New York rapper and singer Post Malone has been one of the most consistent and progressive artists this generation has produced. His fourth studio album, Twelve Carat Toothache, was met with mediocre reviews and some strong criticism. With the 26-year-olds constant evolution from album to album, it is easy to understand why some fans (and critics who don’t really listen to Posty like that) might feel as though this LP was not as good as his previous efforts. Some fans, including myself, would postulate the exact opposite opinion.
Having not only incredible songwriting ability, Post also co-produced and played a variety of instruments on this album. In contrast, his previous three albums heard Post playing some guitar on the first two (Stoney and Beerbongs & Bentleys) and not playing any instruments on his last (Hollywood’s Bleeding). With the latter seeming the most disconnected and thrown together of his previous three releases, Toothache feels incredibly personal with Malone’s touch on every track. The fact he is only 26 and is so versed musically, with the ability to convey an extensive range of emotion, is astounding.
Song by song, Toothache flows seamlessly and is truly an album meant to be played front to back. If we exclude the very last track “New Recording 12, Jan 3, 2020,” there is not one song or feature that seems out of place. “New Recording…” serves as somewhat of an outro that doesn’t feel entirely necessary with “One Right Now,” featuring The Weeknd, a great send-off tonally, however, it is inoffensive to listeners. Circling back to the aforementioned features, every one of them fits the overall vibe of the album and seems carefully chosen. “I Like You (A Happier Song)” and “I Cannot Be (A Sadder Song)” featuring Doja Cat and Gunna respectively, are definitive high points. If we were to make a hypothetical list of “best song to worst,” “When I’m Alone” would sit at the bottom, but again, the quality of the track is exceptional.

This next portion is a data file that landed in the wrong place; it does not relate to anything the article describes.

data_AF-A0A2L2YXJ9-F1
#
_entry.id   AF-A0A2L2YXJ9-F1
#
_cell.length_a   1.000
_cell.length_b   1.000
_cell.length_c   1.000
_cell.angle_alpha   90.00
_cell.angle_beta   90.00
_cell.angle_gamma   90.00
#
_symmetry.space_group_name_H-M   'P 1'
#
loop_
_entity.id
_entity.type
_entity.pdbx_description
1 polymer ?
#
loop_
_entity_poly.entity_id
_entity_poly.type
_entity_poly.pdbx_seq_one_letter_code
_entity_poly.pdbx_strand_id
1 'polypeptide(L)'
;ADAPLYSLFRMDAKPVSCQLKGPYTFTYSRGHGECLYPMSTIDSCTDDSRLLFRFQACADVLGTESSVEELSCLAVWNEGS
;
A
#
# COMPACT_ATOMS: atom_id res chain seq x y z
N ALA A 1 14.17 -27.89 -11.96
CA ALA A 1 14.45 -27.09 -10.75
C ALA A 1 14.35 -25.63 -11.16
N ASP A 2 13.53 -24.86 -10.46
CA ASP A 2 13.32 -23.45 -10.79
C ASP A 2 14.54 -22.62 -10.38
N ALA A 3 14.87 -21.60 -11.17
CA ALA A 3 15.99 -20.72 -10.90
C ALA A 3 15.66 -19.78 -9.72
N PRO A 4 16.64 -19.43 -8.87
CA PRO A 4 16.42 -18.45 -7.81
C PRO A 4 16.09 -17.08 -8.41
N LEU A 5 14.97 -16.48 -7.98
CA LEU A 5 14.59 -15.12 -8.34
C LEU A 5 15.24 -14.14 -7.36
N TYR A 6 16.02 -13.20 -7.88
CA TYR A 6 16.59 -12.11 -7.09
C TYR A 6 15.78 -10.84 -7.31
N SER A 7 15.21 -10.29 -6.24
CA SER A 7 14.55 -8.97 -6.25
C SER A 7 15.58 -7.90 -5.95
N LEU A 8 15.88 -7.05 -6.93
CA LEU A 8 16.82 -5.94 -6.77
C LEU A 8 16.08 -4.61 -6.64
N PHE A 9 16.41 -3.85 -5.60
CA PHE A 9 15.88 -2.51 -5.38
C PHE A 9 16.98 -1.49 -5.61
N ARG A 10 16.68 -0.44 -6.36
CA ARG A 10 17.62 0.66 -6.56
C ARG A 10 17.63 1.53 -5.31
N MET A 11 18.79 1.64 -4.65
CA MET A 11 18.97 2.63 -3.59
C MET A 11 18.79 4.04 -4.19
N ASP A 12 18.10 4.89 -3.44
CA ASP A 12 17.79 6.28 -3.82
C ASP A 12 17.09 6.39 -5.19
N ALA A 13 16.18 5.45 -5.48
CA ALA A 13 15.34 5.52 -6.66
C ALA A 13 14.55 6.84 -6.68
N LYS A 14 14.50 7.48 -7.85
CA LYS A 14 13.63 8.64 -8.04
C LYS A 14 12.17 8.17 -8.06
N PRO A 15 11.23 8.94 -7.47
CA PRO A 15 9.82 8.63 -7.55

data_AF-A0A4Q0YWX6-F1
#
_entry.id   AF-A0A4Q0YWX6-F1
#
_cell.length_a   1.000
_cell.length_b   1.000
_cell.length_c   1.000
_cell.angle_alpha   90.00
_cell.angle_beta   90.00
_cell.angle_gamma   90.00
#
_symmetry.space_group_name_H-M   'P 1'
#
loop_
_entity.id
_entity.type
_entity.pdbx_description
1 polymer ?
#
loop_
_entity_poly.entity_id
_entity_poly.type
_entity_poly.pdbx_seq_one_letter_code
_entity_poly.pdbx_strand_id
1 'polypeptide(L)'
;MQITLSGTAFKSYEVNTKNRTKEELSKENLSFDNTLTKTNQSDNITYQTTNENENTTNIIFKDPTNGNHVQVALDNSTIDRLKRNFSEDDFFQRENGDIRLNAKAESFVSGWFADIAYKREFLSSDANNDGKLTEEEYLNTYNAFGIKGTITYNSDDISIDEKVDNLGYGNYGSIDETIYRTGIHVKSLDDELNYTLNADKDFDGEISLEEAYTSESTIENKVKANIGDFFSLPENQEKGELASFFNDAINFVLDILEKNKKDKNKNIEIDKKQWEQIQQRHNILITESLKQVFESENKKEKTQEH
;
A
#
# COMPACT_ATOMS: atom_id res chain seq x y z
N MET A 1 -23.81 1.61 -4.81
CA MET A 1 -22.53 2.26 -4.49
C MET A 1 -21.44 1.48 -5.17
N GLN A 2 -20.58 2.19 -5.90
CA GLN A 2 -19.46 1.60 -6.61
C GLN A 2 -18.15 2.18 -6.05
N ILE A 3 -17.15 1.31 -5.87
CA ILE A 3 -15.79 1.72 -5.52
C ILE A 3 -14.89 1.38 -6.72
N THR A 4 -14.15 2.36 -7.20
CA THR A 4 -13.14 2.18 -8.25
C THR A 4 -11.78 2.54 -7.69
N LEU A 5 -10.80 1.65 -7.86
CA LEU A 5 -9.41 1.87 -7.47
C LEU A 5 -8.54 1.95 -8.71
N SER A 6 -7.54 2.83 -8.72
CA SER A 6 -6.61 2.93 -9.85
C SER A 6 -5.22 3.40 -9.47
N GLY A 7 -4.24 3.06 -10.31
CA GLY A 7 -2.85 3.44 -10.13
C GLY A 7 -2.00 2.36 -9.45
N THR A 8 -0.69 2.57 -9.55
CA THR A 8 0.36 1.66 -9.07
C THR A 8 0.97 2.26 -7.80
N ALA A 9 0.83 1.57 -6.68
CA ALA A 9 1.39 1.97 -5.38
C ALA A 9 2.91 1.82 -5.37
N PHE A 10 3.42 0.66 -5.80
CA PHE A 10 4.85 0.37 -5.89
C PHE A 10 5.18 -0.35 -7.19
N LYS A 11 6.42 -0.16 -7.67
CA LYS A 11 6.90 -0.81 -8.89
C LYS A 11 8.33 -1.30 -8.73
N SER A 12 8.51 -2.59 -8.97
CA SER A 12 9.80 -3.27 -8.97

Including two bonus tracks on the deluxe edition, released June 7th, it’s abundantly clear why Post chose to exclude them from the finished album. Although both songs (“Waiting for Never” and “Hateful”) are high calibre, they feel much more commercial and less personal than the final product. “Hateful” being far too jubilant and both coming across as “old-school Posty,” it’s evident Malone was focused on exemplifying his all-around musical ability on this album.